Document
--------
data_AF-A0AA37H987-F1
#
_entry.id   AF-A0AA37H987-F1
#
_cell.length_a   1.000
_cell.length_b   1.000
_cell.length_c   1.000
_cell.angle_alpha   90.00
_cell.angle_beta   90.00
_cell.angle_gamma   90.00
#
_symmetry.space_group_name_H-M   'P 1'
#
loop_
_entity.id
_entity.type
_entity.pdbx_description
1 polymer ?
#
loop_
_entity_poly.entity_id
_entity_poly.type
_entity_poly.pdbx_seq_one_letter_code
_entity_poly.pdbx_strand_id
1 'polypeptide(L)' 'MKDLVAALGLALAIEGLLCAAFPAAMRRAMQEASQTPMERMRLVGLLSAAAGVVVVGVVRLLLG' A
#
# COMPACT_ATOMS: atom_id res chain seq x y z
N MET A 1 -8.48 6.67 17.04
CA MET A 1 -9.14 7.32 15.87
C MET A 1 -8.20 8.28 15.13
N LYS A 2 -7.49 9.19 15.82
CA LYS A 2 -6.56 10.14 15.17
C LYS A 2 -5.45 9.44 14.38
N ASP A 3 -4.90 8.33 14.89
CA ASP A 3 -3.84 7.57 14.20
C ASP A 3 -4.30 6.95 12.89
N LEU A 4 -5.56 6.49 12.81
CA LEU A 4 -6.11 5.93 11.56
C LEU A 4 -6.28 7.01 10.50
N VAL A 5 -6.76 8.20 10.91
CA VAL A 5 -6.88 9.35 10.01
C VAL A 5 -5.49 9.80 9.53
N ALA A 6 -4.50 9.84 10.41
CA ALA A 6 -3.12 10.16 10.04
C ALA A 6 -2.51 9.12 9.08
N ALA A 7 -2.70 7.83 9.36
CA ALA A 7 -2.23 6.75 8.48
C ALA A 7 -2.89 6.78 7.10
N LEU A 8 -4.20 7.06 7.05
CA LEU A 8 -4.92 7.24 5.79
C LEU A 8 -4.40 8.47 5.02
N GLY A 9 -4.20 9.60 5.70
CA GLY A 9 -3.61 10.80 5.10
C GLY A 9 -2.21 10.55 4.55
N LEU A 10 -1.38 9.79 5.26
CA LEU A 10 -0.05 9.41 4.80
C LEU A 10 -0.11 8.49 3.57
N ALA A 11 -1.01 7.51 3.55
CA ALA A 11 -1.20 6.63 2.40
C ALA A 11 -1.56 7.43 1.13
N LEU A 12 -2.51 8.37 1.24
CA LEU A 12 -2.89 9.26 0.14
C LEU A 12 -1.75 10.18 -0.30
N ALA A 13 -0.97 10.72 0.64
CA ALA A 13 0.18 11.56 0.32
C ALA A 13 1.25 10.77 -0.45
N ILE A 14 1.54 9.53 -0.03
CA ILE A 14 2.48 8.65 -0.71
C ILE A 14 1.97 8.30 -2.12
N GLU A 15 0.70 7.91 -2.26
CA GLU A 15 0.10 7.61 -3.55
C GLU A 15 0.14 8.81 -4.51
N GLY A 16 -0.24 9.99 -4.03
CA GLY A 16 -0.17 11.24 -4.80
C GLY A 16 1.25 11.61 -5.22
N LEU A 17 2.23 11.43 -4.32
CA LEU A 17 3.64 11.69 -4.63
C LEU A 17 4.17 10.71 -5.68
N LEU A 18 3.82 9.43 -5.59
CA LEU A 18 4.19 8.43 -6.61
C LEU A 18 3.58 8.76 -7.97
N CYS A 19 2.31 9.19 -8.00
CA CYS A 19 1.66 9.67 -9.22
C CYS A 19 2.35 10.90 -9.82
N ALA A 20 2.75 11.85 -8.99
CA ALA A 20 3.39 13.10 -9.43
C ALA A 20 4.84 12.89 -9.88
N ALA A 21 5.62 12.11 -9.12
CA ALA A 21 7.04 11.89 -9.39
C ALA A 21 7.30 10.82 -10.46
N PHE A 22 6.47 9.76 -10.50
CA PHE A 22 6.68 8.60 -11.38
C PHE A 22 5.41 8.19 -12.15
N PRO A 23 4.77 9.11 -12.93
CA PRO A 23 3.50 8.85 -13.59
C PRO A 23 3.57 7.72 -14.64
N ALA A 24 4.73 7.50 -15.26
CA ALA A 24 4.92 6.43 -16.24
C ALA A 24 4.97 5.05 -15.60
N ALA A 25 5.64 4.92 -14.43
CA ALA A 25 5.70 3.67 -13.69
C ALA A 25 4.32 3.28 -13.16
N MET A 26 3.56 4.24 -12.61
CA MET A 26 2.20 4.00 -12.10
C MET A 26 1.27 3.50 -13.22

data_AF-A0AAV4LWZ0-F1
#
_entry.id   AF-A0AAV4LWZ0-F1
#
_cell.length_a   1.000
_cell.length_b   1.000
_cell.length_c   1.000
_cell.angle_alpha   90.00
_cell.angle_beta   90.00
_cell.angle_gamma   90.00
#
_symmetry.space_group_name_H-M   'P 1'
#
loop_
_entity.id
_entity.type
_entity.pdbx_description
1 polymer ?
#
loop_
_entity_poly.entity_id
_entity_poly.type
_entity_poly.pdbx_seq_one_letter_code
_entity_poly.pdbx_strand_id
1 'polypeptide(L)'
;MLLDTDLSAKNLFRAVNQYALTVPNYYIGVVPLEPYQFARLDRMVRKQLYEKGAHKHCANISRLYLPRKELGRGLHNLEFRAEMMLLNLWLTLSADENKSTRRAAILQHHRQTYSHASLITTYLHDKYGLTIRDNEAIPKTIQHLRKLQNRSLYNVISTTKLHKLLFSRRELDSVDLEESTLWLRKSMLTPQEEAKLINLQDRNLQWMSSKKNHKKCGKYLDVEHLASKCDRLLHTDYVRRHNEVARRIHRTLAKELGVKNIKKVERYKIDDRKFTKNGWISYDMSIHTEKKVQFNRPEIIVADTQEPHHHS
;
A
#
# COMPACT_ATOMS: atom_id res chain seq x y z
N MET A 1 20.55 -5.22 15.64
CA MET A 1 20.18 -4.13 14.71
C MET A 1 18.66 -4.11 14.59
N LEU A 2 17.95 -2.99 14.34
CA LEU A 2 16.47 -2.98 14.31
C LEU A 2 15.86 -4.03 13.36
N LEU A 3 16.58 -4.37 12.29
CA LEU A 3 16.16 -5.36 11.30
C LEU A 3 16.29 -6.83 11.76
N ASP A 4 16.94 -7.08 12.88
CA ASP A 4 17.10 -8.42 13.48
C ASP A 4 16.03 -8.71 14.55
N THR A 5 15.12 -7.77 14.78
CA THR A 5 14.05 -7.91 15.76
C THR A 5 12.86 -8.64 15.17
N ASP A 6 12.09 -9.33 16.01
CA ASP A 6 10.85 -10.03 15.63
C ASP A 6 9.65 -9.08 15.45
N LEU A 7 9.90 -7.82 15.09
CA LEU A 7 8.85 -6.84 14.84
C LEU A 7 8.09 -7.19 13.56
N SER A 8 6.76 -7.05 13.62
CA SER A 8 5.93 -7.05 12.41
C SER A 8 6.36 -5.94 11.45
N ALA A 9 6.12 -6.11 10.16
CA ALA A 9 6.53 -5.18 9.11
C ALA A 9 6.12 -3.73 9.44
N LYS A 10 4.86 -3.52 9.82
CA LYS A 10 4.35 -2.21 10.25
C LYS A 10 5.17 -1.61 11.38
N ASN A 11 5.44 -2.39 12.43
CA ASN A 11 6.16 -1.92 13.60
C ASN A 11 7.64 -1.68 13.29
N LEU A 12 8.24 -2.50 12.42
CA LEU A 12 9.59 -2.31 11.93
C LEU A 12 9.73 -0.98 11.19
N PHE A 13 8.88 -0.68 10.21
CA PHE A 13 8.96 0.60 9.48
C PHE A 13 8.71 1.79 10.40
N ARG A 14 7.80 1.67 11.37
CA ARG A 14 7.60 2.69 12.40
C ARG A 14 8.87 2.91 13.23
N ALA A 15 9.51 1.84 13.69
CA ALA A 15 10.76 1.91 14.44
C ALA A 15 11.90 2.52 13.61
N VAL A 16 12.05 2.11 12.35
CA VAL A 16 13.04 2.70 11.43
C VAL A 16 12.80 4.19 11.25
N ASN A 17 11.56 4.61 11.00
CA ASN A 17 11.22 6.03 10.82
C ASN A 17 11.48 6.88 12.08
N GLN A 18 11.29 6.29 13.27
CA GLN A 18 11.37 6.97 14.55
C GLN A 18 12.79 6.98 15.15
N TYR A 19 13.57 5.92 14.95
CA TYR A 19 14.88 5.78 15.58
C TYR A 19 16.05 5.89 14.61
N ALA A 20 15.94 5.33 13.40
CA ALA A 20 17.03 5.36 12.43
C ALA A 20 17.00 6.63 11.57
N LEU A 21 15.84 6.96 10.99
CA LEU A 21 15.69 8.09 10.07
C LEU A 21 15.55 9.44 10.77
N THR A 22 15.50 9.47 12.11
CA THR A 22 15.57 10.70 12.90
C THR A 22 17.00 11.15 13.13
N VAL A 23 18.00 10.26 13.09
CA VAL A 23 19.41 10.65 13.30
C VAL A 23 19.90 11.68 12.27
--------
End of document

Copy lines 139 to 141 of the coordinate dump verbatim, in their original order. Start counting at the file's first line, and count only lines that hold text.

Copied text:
N LEU A 2 17.95 -2.99 14.34
CA LEU A 2 16.47 -2.98 14.31
C LEU A 2 15.86 -4.03 13.36